Mentoring in other Higher Education institutions

Over the last decade or so, mentoring has been increasing in popularity as a tool that can be used to support students throughout their journey to, within and beyond university. These developments have often been in response to: the desire, and subsequent funding, to widen student participation at University; an increasing focus on transition to work themes; the pressures provided by the graduate level employment measures and league tables that have been established and the general massification of Higher Education that has led to a focus on value for money for the student. In addition, there has been a recent shift towards the commercialisation of education and a resulting need to encourage students to participate in providing learning and support to others as part of a community and to encourage their active self-management and avoidance of the potential trap of passive consumption.

Schemes can be run centrally within institutions, or can be deliberately decentralised. Universities are only just beginning to take more of an overview and control of their mentoring programmes, with many universities still operating a range of disparate schemes, but with some looking to put in place more formalised networks and staff to help co-ordinate and focus the mentoring effort.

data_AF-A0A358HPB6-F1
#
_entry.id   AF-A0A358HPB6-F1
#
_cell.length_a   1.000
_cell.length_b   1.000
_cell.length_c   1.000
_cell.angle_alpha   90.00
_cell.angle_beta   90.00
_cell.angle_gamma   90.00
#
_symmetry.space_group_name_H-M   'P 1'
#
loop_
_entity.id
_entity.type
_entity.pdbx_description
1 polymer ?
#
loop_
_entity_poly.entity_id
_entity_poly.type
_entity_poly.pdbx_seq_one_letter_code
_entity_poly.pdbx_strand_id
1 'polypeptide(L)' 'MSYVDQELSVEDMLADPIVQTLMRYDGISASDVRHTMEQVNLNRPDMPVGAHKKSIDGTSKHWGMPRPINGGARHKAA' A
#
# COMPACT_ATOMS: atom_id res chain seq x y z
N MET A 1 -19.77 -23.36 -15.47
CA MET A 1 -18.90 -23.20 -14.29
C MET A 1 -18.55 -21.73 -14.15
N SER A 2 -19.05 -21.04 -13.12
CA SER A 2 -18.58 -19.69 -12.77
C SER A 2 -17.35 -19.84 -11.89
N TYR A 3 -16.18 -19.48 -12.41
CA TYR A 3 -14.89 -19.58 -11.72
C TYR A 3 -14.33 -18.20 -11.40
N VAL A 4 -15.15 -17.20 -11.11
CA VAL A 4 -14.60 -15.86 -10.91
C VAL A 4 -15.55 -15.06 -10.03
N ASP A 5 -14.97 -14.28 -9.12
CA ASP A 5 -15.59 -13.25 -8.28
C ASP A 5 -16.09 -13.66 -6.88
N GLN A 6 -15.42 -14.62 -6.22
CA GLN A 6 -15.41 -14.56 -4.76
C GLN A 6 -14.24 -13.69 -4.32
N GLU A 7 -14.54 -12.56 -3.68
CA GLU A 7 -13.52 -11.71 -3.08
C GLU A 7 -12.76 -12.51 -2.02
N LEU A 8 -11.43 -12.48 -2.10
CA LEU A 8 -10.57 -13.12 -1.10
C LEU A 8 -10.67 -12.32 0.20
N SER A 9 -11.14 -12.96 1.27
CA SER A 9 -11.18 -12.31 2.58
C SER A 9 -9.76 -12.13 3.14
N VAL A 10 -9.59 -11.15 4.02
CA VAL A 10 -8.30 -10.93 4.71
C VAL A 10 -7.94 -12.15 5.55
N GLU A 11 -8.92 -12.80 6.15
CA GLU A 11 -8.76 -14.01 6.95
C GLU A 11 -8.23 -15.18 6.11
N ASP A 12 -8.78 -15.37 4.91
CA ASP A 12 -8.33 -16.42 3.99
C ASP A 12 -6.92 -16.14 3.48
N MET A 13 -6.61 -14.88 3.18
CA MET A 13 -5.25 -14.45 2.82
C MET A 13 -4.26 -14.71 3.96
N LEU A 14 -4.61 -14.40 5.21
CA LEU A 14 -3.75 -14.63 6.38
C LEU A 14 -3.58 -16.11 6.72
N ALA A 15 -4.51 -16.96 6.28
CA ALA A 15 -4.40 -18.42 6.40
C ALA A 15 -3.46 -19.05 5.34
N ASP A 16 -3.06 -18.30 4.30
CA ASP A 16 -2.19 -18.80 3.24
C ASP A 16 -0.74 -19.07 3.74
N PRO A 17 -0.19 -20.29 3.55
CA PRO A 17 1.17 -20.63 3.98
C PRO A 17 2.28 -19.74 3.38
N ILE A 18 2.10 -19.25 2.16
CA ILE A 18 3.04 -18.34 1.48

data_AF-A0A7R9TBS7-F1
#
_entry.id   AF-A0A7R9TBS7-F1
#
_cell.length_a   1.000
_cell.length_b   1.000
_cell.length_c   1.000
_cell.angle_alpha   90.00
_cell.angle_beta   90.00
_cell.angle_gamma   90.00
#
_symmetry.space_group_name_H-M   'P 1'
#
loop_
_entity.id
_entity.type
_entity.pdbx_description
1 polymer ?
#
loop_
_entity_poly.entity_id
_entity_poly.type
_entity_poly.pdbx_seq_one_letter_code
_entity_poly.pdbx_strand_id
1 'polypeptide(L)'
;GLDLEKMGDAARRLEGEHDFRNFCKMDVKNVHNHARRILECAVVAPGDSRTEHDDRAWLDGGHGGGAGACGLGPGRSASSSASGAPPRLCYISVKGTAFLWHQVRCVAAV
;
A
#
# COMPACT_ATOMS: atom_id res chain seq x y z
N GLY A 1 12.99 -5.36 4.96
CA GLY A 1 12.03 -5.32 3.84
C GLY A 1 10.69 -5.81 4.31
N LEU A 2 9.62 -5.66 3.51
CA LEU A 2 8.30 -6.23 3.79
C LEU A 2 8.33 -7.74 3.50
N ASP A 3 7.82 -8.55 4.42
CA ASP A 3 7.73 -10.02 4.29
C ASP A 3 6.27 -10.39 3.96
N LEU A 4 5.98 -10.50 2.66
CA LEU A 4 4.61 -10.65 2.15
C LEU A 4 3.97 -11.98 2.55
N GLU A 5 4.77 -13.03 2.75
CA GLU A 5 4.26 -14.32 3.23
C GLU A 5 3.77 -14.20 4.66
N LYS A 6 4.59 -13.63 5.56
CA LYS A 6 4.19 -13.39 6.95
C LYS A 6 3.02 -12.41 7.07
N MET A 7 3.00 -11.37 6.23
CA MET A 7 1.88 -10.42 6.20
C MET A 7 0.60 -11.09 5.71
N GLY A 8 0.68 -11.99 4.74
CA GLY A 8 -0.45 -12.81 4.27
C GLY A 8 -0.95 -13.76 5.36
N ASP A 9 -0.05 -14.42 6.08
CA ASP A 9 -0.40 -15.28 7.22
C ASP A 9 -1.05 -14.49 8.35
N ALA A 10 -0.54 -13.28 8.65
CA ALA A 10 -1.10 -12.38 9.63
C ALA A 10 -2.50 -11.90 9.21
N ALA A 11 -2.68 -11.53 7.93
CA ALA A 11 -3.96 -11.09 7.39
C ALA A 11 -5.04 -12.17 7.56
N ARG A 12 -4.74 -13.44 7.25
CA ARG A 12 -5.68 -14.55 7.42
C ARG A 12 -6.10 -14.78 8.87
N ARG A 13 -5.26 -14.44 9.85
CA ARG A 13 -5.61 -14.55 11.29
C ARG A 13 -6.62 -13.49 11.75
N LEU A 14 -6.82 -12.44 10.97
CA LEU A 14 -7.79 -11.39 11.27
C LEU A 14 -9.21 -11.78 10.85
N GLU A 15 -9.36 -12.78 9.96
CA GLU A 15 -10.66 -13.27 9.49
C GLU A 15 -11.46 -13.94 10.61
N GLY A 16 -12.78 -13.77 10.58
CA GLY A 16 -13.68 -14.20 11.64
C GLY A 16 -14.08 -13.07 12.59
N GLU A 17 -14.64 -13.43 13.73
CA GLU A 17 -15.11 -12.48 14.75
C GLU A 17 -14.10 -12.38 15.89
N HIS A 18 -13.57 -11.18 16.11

Aston University is an example of a centrally run programme. Their mentoring schemes reflect the entire student journey and embraces over 2000 mentors and mentees with some students working as mentors and being mentored over the same period.

Leeds Business School's 'Nurturing Talent Mentor Scheme' is an example of a school based scheme and was established two years ago.

Of course, there are many schemes within the University of Reading that you can also read about by clicking on the link opposite.

To find out more about the state of play with peer mentoring in a number of UK Higher Education Institutions look at the 'Peer Mentoring Works' reportcreated by Andrews and Clark 2011.

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